We have a wonderful, thought provoking piece of writing by Open Age member Joan O’Connell who would like to share the following text that she wrote about meditation – presented at Open Age exhibition Let’s Fly Away! as part of London Creativity and Wellbeing Week in June 2014 at the Second Half Centre:


An old habit of mine took the form of sitting on the stairs looking out from a long narrow window in my home, growing up in Ireland. There was a beautiful view of the high white waves beating against a sandy beach.

Then I moved to the city of Dublin and replaced the window by sitting in front of a real turf fire. How hypnotic it is to gaze into the flames. I could escape from all my worries. What I used to think about for hours on end God Only Knows. Some people would call this day dreaming. Others would say “You are away with the fairies”.

I find train journeys can have the same effect on me, especially when travelling on my own. One sits there and wonders how one will pass the few hours before arrival time. Travelling alone can be monotonous because, for three or four hours, you have to sit there and entertain yourself instead of depending on T.V. or radio. In today’s world life is filled with so much stimuli that people are actually afraid to be alone. To have one’s own company for hours on end terrifies people. The last person we want to be with is ourselves and how little we know of ourselves because of this. It is a way of life now to have as much noise and distraction as possible.

This leads me to meditation. More and more people are realising the need to meditate. Some people think it is only for nuns and monks. But, with the pressures and demands of life today, a lot of people are returning to it as a way of life. It is, actually, a heritage passed down from one generation to another, East to West. Some people think you are loony to sit there for an hour with your eyes closed in perfect silence. For a long time I did not know what it was all about. I thought when I was sitting in front of the fire gazing into the flames or looking out of the narrow window I was meditating. But I found out I was completely wrong.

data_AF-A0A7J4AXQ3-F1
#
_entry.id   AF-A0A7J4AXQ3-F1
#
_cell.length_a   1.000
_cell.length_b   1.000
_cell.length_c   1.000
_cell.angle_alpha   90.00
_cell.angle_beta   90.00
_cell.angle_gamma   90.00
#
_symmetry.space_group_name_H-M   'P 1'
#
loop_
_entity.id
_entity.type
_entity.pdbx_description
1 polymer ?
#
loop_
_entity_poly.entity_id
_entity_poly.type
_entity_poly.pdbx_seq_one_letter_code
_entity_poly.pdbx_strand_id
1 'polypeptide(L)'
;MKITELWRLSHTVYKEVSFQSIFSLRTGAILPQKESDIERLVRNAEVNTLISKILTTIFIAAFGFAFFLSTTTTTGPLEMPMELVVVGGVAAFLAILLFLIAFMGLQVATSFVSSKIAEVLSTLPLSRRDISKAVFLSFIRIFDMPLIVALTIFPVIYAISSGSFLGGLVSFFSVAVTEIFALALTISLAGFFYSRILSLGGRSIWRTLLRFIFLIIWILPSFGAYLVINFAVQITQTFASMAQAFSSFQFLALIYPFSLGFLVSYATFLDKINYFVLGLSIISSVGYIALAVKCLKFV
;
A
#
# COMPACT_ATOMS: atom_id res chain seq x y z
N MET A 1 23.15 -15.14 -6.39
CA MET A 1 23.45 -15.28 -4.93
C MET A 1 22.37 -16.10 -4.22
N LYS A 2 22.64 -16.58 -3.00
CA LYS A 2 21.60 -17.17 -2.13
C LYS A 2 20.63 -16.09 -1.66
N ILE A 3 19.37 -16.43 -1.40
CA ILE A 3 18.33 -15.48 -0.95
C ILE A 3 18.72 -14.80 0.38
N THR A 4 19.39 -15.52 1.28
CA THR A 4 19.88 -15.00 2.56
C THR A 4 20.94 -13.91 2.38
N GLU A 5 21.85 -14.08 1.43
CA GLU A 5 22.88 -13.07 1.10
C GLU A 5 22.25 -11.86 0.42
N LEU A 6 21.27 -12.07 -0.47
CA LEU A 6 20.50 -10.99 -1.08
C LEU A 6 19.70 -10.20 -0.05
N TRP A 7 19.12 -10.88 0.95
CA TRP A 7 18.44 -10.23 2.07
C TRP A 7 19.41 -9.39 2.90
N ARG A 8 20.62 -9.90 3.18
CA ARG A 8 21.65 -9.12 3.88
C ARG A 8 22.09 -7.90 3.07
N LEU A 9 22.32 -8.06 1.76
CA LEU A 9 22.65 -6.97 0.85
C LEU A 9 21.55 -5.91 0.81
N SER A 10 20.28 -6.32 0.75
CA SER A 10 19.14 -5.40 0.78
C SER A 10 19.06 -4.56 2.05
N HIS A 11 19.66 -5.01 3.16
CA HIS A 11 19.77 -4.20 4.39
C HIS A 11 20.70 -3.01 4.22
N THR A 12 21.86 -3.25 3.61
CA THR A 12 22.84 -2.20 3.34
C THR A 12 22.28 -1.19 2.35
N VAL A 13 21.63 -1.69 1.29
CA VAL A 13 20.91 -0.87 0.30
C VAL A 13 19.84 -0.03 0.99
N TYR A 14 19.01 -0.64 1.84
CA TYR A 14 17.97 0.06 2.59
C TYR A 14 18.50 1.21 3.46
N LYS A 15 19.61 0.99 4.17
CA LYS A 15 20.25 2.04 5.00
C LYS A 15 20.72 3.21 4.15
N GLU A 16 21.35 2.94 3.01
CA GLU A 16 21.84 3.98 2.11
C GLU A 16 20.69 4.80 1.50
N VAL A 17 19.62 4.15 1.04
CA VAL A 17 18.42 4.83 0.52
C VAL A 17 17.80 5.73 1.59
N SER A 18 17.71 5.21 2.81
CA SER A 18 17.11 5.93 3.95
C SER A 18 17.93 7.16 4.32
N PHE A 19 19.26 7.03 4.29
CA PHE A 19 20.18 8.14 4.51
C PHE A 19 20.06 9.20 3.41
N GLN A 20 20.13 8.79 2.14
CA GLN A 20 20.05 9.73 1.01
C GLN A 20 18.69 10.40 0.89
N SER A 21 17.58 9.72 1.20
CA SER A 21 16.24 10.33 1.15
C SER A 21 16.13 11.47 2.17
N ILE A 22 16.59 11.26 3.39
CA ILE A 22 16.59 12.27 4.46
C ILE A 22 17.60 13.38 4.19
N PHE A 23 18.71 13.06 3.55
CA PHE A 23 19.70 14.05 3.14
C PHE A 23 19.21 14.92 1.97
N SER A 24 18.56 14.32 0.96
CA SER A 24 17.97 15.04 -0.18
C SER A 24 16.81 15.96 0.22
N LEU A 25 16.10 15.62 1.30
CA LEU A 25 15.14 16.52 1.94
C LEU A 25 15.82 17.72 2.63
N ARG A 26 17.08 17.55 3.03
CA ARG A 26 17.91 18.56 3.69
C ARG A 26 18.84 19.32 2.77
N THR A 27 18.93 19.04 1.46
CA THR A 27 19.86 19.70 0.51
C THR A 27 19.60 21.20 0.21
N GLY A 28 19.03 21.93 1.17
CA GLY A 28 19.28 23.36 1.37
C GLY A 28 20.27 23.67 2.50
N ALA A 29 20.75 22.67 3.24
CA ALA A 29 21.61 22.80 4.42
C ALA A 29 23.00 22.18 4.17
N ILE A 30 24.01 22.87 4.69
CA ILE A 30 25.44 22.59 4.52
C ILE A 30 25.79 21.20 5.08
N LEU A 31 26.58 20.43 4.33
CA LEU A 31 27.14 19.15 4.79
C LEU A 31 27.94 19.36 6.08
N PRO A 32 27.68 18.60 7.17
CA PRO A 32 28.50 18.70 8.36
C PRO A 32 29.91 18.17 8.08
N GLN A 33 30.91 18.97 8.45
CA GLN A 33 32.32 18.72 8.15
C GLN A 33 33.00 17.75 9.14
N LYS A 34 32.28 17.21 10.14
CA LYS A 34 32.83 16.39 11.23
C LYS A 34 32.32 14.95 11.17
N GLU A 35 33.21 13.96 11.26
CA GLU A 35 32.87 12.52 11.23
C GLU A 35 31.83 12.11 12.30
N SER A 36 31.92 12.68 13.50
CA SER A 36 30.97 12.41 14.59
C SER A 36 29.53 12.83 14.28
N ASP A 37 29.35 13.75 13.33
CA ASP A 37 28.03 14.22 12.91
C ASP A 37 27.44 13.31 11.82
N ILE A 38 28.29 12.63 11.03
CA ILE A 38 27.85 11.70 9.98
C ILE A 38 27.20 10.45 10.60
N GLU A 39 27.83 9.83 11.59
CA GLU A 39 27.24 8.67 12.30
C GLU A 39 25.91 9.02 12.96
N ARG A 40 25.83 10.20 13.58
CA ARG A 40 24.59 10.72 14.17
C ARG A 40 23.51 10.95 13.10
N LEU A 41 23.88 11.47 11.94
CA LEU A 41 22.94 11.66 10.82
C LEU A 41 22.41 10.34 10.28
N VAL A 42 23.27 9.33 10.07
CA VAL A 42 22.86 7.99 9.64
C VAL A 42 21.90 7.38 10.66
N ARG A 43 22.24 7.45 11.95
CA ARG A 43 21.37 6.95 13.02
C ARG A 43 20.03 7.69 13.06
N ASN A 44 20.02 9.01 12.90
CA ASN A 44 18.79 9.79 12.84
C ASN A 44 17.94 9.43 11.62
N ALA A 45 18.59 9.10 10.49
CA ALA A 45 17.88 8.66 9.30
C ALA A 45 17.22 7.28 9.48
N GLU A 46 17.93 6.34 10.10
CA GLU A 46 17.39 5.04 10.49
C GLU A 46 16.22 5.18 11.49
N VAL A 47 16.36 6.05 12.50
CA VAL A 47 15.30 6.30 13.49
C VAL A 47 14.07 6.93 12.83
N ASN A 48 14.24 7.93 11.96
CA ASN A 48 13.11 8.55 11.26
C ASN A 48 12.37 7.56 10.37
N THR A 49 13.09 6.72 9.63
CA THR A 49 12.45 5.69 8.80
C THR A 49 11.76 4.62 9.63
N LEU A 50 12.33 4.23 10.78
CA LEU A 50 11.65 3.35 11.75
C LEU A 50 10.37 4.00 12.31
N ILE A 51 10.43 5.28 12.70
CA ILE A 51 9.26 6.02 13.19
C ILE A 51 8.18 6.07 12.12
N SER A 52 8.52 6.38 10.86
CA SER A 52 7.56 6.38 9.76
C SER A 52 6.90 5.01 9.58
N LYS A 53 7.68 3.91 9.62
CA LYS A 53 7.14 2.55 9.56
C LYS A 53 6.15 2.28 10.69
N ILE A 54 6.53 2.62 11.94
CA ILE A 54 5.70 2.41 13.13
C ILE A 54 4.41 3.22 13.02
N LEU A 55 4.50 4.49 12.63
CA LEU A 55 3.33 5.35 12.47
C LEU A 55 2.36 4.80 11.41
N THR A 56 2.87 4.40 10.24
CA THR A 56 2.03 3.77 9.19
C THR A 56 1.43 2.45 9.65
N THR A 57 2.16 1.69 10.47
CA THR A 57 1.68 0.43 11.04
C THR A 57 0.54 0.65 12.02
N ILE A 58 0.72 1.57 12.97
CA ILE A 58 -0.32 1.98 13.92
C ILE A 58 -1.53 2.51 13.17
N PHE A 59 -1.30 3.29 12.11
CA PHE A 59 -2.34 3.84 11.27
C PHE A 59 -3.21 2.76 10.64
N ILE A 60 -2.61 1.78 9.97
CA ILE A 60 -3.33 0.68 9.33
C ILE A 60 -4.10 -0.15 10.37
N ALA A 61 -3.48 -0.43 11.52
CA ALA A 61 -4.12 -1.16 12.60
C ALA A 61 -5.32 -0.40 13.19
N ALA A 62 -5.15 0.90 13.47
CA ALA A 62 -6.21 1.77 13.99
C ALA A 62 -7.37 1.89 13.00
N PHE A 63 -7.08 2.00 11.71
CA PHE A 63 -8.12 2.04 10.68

Meditation, as one lady said to me recently, is like going on a mental diet, refusing to let your mind wander. Disciplining your mind, not letting it travel far and wide from one image to another.

Try it even for five minutes, it is very difficult. We start thinking about what we will cook for the children’s tea, reminding ourselves to bring the clothes in off the line when we get home. Our mind is totally out of control. It is like a naughty child who keeps doing something you have forbidden it to do.

What is the purpose of all this I hear you ask. Well, that is not for me to say. If you are interested try it for yourself and see.

I find since I started meditation I have become more relaxed, more at ease with myself and in the company of others. I do not feel pressure to perform or entertain.

The pressures of society seem to drift over my head and I have become more happy with my lot. In an aggressive situation I have become a lot more objective. I can act rather than react. I am not living on my emotions.

I am not saying that this will happen overnight. A lot of discipline and practice is needed. One needs to persevere. Like any physical exercise time and practice will show results. Deciding to make it a way of life rather than a craze or a whim for a month or two is important.

There are many different types of meditation and meditation centres out there. For example, Transcendental meditation, the Christian method of John Maine. OSB, Yoga. Guided Visualisation.

Many people are helped by meditating in a group. Such groups meet twice a week. You can meditate on your own at home, if you have the will power. Some meditation groups use a mantra. Others play some classical music or sit in silence. It varies. Breathing is an important part of relaxation. Listening to the sound of your own breathing, merge and become one with it. It is very important not to become drowsy but to concentrate and at the same time be relaxed and calm.

If you decide to take it up I wish you the peace I have got from it. Good Luck.

A warning the subconscious has lots of past events hidden away some pleasant some not so pleasant. Meditation can bring these thoughts to the surface. Be prepared and if this happens be sure to seek professional advice from a councillor.

Some centres I have attended over the years and would recommend are,

The Theosophical Society. 50 Gloucester Pl. London W1U 8EA.

If you prefer a non religious meditation. This is a good one and they provide learning session.

The Buddhist Society. 58 Eccleston Sq. London SW1V.IPH.

For Christian meditation.

The Hinsley Room 6.30 p.m Monday eve back of Westminster Cathedral. Victoria. London SW1.

© Joan O’Connell